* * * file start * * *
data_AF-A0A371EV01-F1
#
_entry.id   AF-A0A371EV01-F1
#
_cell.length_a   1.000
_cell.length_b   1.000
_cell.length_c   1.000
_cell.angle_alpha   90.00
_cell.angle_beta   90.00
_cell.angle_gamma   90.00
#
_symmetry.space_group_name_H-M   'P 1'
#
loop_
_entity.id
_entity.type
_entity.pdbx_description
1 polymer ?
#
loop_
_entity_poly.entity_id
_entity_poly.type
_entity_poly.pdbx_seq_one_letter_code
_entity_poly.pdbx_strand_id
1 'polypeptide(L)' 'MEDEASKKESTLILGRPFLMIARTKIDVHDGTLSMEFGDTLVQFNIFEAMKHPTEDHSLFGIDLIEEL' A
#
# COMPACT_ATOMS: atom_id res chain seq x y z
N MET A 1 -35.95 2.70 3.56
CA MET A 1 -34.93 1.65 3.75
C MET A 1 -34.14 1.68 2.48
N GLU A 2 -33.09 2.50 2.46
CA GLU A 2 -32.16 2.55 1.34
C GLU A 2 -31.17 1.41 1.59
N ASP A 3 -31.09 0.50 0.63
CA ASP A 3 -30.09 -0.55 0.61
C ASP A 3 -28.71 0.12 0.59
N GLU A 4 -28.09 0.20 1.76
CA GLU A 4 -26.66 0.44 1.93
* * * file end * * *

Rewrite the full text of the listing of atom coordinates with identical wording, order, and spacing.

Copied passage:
data_AF-A0A371EV01-F1
#
_entry.id   AF-A0A371EV01-F1
#
_cell.length_a   1.000
_cell.length_b   1.000
_cell.length_c   1.000
_cell.angle_alpha   90.00
_cell.angle_beta   90.00
_cell.angle_gamma   90.00
#
_symmetry.space_group_name_H-M   'P 1'
#
loop_
_entity.id
_entity.type
_entity.pdbx_description
1 polymer ?
#
loop_
_entity_poly.entity_id
_entity_poly.type
_entity_poly.pdbx_seq_one_letter_code
_entity_poly.pdbx_strand_id
1 'polypeptide(L)' 'MEDEASKKESTLILGRPFLMIARTKIDVHDGTLSMEFGDTLVQFNIFEAMKHPTEDHSLFGIDLIEEL' A
#
# COMPACT_ATOMS: atom_id res chain seq x y z
N MET A 1 -35.95 2.70 3.56
CA MET A 1 -34.93 1.65 3.75
C MET A 1 -34.14 1.68 2.48
N GLU A 2 -33.09 2.50 2.46
CA GLU A 2 -32.16 2.55 1.34
C GLU A 2 -31.17 1.41 1.59
N ASP A 3 -31.09 0.50 0.63
CA ASP A 3 -30.09 -0.55 0.61
C ASP A 3 -28.71 0.12 0.59
N GLU A 4 -28.09 0.20 1.76
CA GLU A 4 -26.66 0.44 1.93